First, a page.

Monday, June 16, 2014

Off-Broadway Theater Review: Ionesco's The Killer

Michael Shannon. Photo: Gerry Goodstein
The Killer
By Eugène Ionesco
Newly Translated: Michael Feingold
Featuring Kristine Nielsen, Michael Shannon, Paul Sparks, and Robert Stanton in a company of 20 actors.
Directed by Darko Tresnjak
Polonsky Shakespeare Center, Brooklyn

A Puzzling Play, Where Humor Helps Put Together the Pieces
By Lauren Yarger
So what does a director who wins the Tony, Drama Desk, Drama League and Outer Critics Circle awards do in his spare time?

If you are Darko Tresnjak, Hartford Stage’s artistic director who just took all of those top directing honors for A Gentleman’s Guide to Love and Murder, you direct a rarely seen Off-Broadway revival of Eugène Ionesco’s dark, absurdist comedy The Killer, getting a limited run as the season closer at Theatre for a New Audience in Brooklyn.

The Killer was last produced Off-Broadway in 1960, perhaps because it’s not an easy work to produce (Ionesco’s Exit the King saw success on Broadway in 2009 when Geoffrey rush took home Tony for best actor in a play and seems much lighter and funnier to me.) When I ran into Tresnjak at a Drama Desk reception held during the rehearsal period for the play, he admitted that he was finding the process very difficult. The Killer was appropriately named, he joked.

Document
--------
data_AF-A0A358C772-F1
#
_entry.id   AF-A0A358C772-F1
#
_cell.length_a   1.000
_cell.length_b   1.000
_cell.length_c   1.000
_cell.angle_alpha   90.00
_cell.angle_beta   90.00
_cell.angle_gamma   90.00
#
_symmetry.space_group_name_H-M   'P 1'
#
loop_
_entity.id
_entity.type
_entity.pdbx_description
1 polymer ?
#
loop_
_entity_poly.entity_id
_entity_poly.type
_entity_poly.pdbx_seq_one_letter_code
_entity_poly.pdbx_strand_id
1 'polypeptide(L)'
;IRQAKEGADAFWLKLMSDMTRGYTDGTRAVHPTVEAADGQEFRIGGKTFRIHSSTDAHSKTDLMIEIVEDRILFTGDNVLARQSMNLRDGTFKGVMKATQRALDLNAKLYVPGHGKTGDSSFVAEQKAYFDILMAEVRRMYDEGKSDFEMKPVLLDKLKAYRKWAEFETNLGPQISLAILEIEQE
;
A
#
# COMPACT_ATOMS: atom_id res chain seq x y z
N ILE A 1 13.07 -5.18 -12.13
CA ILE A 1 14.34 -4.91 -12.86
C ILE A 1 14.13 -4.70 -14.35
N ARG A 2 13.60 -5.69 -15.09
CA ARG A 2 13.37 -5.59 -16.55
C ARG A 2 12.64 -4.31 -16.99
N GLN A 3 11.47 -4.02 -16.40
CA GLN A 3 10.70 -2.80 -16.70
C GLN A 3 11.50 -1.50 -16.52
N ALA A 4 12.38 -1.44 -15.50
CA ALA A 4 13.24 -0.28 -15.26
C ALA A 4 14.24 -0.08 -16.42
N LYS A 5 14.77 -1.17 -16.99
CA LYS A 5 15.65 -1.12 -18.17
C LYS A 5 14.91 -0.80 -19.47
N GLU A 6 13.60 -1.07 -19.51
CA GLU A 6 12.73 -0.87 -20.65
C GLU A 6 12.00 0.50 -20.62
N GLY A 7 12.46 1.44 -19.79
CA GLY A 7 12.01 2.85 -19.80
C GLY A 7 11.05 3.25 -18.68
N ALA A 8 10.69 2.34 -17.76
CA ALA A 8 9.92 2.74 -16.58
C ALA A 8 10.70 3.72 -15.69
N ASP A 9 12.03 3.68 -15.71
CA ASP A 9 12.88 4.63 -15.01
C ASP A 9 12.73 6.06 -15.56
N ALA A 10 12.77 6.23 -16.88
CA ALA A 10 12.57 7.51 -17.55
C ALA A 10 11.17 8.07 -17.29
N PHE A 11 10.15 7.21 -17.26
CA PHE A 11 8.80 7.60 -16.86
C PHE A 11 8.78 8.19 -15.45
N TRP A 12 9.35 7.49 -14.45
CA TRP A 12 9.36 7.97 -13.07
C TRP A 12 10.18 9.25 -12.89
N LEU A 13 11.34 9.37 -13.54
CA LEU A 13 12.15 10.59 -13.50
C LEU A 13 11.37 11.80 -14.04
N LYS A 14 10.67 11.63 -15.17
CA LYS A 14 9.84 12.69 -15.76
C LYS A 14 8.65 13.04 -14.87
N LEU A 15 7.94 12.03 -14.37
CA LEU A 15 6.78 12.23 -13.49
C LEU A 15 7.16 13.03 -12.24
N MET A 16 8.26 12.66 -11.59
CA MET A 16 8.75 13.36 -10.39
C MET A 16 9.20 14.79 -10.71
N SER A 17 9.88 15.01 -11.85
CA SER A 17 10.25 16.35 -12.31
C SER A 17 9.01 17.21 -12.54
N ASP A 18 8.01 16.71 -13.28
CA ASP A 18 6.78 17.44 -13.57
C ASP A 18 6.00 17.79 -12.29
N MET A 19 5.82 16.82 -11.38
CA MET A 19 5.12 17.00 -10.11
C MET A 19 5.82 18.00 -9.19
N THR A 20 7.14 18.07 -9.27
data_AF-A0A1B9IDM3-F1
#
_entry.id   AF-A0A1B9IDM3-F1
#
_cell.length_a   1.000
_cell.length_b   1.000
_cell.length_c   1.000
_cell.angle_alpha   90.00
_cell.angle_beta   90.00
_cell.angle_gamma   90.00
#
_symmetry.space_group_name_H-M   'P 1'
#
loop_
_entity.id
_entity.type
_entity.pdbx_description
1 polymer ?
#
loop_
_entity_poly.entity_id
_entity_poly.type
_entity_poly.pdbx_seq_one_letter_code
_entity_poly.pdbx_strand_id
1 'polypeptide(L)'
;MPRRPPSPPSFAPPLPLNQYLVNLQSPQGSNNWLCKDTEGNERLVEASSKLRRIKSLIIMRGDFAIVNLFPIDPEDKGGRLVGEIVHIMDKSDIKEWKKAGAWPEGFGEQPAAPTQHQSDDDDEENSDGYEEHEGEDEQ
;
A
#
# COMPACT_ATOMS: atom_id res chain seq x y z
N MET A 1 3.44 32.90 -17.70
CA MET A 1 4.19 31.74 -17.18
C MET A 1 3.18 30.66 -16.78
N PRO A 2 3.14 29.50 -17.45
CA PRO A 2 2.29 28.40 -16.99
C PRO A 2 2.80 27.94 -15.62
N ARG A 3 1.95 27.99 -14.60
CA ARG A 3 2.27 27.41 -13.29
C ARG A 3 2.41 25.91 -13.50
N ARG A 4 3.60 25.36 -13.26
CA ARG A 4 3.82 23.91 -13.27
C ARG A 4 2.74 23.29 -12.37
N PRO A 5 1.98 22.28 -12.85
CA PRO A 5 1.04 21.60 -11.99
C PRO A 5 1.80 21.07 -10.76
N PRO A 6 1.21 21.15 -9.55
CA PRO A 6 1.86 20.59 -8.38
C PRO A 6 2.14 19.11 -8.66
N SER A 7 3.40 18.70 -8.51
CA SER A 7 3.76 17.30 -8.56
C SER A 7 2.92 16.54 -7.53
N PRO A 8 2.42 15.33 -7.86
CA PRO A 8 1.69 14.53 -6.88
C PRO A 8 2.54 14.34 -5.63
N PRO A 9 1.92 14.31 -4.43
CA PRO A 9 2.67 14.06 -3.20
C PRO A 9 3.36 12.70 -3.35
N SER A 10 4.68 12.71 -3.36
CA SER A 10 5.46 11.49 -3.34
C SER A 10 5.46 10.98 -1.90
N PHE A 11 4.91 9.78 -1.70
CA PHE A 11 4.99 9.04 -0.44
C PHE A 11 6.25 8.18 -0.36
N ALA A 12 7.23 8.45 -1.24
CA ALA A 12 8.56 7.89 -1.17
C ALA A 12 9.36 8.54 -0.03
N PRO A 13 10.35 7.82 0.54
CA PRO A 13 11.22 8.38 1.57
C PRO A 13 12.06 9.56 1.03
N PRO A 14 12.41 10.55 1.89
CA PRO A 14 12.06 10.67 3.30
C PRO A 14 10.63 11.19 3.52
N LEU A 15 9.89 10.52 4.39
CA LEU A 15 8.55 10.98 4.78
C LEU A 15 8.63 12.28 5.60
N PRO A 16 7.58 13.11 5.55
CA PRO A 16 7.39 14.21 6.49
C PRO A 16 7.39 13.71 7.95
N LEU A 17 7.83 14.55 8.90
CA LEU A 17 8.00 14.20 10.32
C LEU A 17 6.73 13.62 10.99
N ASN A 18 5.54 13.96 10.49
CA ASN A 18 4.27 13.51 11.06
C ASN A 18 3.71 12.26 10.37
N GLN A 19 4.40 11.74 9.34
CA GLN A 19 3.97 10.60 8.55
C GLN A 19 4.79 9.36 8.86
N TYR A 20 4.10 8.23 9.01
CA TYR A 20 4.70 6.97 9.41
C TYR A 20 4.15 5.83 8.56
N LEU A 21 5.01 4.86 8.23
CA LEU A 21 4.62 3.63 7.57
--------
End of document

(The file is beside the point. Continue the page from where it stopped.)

Apparently he solved the puzzle of how to make this play work, because the production, starring Michael Shannon (“Revolutionary Road,” “Boardwalk Empire”), Kristine Nielsen (Vanya, Sonia, Masha & Spike, Bloody, Bloody Andrew Jackson) Paul Sparks (also “Boardwalk Empire) and Robert Stanton (a veteran stage actor whom you might know as the dad in the “Dennis the Menace” film), has been packing them in over at the Polonsky Shakespeare Center in Brooklyn and whether or not the audience “gets it,” they’re definitely talking about it.

At the center of The Killer is Berenger (Shannon), Ionesco’s “every man” (the character who also gets the starring role in different portrayals in Exit the King, A Stroll in the Air and perhaps the best known of all of Ionesco’s plays, The Rhinoceros.)

Here, a downtrodden Berenger takes the wrong bus one day and discovers a city of light – a virtual paradise—where everything is clean, the gardens are lush and the sun shines perpetually. Lighting Designer Matthew Richards shines as he adds to the storytelling with effects that cast shadow on the less-than-Eden-like features of the paradise, evidenced by sewer grates and a creepy lagoon that appears on the dark set with rotating circles designed by Suttirat Larlarb (who also designs the costumes).